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Sunday, December 20, 2009

The Human Side of Business

Profits and People: Two sides of the same coin. But it is not a toss up – they must go hand in hand to reap the rewards and achieve the greatest bottom-line results. In the late 1990’s, CEOs often reported that not only were people their most important asset, but retention of key people was their biggest concern. In today’s economy, driving productivity and profits has become the number cause of angst for American business leaders. The most successful executives know that there must a balance between profits and people, and the correlation between them is what “humanizing the workplace” is all about.

In the new millennium, we have seen businesses close, downsizing as well as mergers and acquisitions. All of which have impacted moral and employee productivity and employability. Companies will cut costs by rightsizing and then stretch productivity across the remaining workforce. With an emphasis on humanizing the workplace, companies can achieve the same or better results. In addition, today’s current economy and national security issues have increased anxiety and stress among our nation’s workers. When morale is negatively impacted, productivity slows down, workers become less effective and profits suffer.

The solutions are many and quite diversified. Research has demonstrated that even the physical environment at a place of employment can have a positive effect on worker morale and productivity. Studies have shown that sprucing up the office with green plants (making the environment more “homelike”) can decrease stress while enhancing productivity.

A tour of new corporate offices, like the Ryan Companies headquarters in downtown Minneapolis, is another example of how a more ‘homey’ environment leads to a positive culture and enhanced employee morale. The Ryan offices are not only welcoming but also warm and engaging for employees and visitors. Ryan is a leader in the construction industry but it is also known as a wonderful place to work. For example, each desk displays a yellow hard-hat nameplate for each employee, clearly demonstrating the total unity of everyone to the firm’s core business: construction.

There is family warmth to the main gathering room that hosts large company meetings and informal get-togethers. Even small intimate conference rooms were designed with the comfort of the inhabitants in mind! When asked what they enjoyed most about working at Ryan, several employees commented, “It’s like a family here. They owners make you feel like part of a family.”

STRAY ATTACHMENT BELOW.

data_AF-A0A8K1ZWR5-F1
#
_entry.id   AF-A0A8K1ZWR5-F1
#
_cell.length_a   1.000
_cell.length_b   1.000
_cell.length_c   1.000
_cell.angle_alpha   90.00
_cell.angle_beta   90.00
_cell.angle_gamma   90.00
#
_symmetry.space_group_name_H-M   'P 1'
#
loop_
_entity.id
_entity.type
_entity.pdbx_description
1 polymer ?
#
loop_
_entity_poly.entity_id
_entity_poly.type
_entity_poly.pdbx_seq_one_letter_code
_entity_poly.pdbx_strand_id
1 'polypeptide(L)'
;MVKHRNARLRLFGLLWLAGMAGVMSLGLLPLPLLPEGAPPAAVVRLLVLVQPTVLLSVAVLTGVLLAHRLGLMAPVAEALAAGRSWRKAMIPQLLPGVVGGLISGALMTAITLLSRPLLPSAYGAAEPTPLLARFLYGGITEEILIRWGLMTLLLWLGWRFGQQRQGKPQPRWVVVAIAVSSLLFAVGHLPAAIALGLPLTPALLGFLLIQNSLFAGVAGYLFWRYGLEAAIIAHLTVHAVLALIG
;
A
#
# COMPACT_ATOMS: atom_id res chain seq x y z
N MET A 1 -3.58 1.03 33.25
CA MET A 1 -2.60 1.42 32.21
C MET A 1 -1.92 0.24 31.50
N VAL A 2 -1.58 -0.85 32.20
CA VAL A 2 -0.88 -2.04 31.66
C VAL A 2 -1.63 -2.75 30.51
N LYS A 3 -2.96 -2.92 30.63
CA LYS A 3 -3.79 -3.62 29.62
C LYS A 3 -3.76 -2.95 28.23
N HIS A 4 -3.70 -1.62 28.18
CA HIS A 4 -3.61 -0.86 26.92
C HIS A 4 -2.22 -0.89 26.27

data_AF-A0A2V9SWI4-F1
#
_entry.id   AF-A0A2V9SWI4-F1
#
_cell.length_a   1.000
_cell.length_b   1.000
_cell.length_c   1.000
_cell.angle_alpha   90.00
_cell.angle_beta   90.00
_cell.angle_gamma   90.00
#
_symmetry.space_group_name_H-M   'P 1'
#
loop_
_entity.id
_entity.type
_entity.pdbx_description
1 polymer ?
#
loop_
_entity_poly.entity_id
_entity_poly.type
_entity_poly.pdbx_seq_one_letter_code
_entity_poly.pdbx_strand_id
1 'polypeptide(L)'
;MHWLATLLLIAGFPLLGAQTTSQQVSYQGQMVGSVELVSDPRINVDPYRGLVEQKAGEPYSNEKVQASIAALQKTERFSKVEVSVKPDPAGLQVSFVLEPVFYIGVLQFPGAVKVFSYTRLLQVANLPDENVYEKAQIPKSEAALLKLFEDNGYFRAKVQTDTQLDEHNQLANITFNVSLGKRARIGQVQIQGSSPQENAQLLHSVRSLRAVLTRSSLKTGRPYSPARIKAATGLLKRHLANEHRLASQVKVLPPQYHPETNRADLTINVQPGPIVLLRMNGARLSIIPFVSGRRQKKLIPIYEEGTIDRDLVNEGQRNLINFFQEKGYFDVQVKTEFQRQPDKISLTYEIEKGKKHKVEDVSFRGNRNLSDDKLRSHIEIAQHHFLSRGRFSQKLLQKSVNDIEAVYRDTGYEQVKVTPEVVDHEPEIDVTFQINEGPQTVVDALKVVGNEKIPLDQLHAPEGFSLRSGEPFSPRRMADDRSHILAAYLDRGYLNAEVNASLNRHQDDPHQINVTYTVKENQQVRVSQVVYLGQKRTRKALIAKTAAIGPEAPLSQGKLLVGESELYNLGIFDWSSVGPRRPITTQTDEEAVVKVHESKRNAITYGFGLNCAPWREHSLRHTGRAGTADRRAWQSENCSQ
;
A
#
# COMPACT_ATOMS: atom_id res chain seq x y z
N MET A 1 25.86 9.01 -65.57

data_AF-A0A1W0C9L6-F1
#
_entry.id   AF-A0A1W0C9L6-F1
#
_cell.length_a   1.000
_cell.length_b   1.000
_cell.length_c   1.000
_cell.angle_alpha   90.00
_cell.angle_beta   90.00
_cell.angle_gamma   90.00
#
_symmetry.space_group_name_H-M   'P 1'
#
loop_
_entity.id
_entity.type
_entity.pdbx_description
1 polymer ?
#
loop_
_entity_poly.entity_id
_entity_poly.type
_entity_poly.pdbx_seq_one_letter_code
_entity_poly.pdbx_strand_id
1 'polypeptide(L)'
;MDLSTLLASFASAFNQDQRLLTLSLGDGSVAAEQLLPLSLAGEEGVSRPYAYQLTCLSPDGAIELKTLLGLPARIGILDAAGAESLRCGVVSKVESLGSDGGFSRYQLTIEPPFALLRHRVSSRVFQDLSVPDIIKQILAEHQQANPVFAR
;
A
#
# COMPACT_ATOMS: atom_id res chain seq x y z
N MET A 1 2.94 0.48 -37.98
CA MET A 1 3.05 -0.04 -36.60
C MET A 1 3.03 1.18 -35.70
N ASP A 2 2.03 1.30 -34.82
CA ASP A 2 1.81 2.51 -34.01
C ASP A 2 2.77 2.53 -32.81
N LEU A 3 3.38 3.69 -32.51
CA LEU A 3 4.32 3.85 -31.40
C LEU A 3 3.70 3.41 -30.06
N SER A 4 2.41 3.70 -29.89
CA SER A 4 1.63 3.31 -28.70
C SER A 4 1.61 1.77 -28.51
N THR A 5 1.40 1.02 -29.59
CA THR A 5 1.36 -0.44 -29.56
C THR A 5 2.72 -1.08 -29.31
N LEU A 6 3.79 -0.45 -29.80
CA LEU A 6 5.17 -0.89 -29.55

In the wake of 9/11, Americans saw the devastation among co-workers, with the loss of their fellow employees. We witnessed family-like cohesiveness, on nationally broadcast news programs, between surviving employees. That scenario is becoming more prevalent in all types of businesses. Senior executives acknowledging their own humanity, talking with employees about adversity in their personal lives, and recognizing that “a whole person” shows up each day to be an employee of the company, is what humanizing the workplace is about. When people are acknowledged for who they are and for what they achieve, morale improves, productivity increases and loyalty prevails.

Bob Nelson, Ph.D., author of "1001 Ways to Reward Employees", emphasizes that money doesn’t matter most. He offers many ways that companies can make employees feel appreciated and recognized. He proposes that simple gestures do wonders for building morale and personal praise (treats and small tokens of appreciation), along with increased autonomy, decision-making involvement, and recognition of the need for flexibility are all ways to humanize the workplace and honor the individuality of the workforce.

In Fortune Magazine’s survey on the “100 Best Companies in America to Work For”, respondents cited childcare, telecommuting, work/life balance and flexible schedules as the best benefits they receive. All of these benefits directly relate to the lifestyle of the contemporary workforce. The survey validates the position that money doesn’t matter most and that embracing the human side of employee life is extremely important.

An organization’s success depends increasingly on its ability to embrace the human side of life which not only unleashes potential, but it ultimately increases productivity and retention. Embracing the “human side of business” means valuing employees by committing to their success, development and well-being.

The bottom-line on people is value. Valuing the people adds value to the company. Humanizing the workplace comes in many forms and it’s the creativity of corporate leaders as they accentuate people that makes the difference and produces results.

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